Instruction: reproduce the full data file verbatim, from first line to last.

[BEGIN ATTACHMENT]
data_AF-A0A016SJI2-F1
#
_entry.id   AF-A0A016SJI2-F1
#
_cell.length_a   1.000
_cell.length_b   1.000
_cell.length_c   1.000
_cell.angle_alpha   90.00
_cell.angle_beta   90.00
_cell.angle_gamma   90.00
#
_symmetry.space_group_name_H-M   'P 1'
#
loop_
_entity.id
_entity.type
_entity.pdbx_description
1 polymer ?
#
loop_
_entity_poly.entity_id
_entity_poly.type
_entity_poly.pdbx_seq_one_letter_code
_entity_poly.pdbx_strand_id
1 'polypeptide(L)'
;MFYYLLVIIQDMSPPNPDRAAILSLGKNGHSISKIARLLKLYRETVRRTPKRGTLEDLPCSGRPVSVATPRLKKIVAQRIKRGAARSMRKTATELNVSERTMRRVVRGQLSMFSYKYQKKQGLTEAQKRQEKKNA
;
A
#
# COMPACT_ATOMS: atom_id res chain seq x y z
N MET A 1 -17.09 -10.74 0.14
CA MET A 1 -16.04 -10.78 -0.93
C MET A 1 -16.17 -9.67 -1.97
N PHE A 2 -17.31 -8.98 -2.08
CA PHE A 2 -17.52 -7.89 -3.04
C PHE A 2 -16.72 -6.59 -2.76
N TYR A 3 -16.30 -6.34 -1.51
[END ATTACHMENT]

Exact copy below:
data_AF-A0A016SJI2-F1
#
_entry.id   AF-A0A016SJI2-F1
#
_cell.length_a   1.000
_cell.length_b   1.000
_cell.length_c   1.000
_cell.angle_alpha   90.00
_cell.angle_beta   90.00
_cell.angle_gamma   90.00
#
_symmetry.space_group_name_H-M   'P 1'
#
loop_
_entity.id
_entity.type
_entity.pdbx_description
1 polymer ?
#
loop_
_entity_poly.entity_id
_entity_poly.type
_entity_poly.pdbx_seq_one_letter_code
_entity_poly.pdbx_strand_id
1 'polypeptide(L)'
;MFYYLLVIIQDMSPPNPDRAAILSLGKNGHSISKIARLLKLYRETVRRTPKRGTLEDLPCSGRPVSVATPRLKKIVAQRIKRGAARSMRKTATELNVSERTMRRVVRGQLSMFSYKYQKKQGLTEAQKRQEKKNA
;
A
#
# COMPACT_ATOMS: atom_id res chain seq x y z
N MET A 1 -17.09 -10.74 0.14
CA MET A 1 -16.04 -10.78 -0.93
C MET A 1 -16.17 -9.67 -1.97
N PHE A 2 -17.31 -8.98 -2.08
CA PHE A 2 -17.52 -7.89 -3.04
C PHE A 2 -16.72 -6.59 -2.76
N TYR A 3 -16.30 -6.34 -1.51